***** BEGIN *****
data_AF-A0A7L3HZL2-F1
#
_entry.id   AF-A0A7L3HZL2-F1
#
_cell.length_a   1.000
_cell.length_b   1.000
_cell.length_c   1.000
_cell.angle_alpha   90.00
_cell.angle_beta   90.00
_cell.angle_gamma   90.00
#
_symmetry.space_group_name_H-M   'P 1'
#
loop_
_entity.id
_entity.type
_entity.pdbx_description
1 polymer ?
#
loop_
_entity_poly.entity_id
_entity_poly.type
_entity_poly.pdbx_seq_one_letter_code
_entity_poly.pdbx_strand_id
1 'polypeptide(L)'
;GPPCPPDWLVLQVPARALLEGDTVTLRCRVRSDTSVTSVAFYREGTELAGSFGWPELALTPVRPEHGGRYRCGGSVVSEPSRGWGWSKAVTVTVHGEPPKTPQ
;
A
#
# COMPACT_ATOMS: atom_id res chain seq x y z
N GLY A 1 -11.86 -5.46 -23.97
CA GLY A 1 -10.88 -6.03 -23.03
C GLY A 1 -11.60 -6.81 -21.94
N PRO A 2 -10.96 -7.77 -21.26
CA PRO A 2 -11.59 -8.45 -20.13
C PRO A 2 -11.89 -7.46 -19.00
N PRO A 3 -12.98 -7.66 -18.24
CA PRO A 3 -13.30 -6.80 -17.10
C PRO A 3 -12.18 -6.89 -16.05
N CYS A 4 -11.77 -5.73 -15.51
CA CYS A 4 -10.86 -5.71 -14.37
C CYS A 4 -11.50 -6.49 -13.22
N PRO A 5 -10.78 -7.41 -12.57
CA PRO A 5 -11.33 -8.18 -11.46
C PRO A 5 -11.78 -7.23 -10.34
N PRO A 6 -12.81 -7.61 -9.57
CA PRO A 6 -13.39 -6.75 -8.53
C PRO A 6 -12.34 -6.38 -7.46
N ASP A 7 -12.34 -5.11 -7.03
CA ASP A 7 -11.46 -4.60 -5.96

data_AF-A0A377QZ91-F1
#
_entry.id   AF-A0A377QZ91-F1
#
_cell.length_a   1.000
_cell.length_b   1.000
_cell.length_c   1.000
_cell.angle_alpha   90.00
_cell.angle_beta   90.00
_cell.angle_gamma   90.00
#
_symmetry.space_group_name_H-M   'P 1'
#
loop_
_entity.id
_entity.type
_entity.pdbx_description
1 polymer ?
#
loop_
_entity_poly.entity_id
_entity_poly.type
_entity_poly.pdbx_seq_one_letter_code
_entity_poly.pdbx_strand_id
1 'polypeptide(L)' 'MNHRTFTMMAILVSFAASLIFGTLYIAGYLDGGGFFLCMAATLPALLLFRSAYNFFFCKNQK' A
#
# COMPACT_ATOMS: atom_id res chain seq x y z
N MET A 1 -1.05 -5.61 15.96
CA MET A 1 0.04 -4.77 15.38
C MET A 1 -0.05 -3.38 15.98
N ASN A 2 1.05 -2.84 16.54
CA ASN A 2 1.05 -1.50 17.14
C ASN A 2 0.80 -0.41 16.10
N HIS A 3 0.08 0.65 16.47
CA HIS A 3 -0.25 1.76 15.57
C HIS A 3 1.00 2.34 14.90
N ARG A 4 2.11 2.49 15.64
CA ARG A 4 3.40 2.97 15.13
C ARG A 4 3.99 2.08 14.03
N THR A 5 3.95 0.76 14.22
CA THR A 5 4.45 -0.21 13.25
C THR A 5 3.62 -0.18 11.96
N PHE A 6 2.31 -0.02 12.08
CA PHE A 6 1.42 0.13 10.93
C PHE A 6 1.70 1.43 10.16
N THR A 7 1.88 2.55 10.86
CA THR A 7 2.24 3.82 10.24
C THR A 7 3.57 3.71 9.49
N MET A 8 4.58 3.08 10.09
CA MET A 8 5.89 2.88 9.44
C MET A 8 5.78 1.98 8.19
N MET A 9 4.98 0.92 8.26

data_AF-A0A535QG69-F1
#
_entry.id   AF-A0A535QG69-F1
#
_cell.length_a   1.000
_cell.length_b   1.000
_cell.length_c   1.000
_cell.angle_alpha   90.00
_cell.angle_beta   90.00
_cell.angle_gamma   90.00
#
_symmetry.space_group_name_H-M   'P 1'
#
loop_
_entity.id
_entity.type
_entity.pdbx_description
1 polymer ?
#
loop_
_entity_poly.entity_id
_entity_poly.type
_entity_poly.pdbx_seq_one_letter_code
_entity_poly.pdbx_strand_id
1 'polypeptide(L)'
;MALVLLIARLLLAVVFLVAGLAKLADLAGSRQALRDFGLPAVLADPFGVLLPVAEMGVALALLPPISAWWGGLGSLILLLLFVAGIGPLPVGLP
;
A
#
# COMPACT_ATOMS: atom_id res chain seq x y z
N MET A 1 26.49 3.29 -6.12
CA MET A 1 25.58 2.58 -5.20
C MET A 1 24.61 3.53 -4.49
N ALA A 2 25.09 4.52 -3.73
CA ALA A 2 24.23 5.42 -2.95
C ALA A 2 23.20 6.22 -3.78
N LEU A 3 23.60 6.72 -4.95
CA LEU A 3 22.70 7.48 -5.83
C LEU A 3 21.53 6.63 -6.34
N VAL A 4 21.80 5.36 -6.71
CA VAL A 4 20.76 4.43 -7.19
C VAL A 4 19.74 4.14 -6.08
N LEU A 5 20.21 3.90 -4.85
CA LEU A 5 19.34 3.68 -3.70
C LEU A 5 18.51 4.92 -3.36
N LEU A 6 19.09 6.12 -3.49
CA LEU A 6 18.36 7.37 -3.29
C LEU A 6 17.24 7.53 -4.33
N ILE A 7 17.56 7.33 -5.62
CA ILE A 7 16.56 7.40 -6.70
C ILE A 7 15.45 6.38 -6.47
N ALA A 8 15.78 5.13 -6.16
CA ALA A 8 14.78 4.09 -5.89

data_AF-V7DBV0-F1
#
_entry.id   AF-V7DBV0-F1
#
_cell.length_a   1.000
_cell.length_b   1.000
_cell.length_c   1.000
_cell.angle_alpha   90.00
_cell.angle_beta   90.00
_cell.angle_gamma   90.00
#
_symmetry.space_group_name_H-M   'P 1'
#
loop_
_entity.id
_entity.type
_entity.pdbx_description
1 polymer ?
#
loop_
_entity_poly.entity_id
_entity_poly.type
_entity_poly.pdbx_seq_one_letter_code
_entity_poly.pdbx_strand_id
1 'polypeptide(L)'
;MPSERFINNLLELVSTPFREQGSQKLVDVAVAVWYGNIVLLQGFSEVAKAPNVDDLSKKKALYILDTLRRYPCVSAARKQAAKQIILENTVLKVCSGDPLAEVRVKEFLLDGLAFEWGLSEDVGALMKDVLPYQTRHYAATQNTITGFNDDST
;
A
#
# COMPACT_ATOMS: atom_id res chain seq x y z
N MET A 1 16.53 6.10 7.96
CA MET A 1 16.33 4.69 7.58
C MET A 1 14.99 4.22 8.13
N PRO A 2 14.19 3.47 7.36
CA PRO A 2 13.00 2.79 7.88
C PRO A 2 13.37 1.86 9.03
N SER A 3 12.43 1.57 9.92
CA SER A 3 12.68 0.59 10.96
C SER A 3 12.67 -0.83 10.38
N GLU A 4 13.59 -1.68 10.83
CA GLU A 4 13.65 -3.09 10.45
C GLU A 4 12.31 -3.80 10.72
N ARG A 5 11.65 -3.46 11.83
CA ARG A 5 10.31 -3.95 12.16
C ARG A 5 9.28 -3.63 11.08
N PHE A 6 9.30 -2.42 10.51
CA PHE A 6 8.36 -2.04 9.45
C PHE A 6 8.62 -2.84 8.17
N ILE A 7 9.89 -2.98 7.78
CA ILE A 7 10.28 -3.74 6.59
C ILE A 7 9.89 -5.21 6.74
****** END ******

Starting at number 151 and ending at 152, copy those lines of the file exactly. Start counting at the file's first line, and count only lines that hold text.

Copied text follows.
N ILE A 7 17.56 7.33 -5.62
CA ILE A 7 16.56 7.40 -6.70